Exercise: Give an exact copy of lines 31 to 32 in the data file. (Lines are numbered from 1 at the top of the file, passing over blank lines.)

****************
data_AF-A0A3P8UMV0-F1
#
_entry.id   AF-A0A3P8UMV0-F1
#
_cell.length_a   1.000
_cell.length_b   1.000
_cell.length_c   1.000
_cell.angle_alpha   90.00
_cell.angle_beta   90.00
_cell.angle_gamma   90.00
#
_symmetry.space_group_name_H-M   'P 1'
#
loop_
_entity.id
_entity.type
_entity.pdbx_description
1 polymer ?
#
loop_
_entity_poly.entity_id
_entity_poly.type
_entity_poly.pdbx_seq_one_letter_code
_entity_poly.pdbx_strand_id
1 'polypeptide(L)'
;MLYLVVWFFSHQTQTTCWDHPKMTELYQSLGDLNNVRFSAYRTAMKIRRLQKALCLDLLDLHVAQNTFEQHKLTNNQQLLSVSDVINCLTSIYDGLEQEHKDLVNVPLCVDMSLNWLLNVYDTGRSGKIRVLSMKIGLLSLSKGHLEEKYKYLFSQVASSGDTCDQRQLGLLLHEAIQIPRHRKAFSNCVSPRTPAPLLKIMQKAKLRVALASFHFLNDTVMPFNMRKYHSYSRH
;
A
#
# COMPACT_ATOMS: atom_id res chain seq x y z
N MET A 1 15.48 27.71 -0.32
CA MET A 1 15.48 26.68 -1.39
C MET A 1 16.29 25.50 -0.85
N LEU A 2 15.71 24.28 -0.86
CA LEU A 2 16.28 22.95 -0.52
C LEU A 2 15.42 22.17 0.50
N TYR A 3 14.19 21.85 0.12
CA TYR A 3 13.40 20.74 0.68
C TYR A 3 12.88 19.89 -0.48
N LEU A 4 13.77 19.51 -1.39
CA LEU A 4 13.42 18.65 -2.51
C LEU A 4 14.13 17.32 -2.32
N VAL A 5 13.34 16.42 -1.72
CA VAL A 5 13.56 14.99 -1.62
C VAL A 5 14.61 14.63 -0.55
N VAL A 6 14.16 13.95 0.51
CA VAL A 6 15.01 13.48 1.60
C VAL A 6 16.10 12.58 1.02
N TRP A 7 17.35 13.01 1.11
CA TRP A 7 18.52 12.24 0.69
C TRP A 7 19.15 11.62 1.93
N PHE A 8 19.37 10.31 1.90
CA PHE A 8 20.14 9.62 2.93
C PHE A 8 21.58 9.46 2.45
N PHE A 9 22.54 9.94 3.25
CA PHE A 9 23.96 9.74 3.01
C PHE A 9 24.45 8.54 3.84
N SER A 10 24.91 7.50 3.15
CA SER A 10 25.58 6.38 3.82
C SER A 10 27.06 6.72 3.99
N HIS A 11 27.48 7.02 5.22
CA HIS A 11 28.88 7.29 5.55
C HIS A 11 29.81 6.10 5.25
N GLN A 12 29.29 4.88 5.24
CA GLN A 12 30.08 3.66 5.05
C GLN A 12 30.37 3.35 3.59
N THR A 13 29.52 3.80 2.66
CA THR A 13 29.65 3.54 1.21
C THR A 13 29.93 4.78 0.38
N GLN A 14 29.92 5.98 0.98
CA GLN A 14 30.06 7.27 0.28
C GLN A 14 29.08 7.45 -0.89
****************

N MET A 1 15.48 27.71 -0.32
CA MET A 1 15.48 26.68 -1.39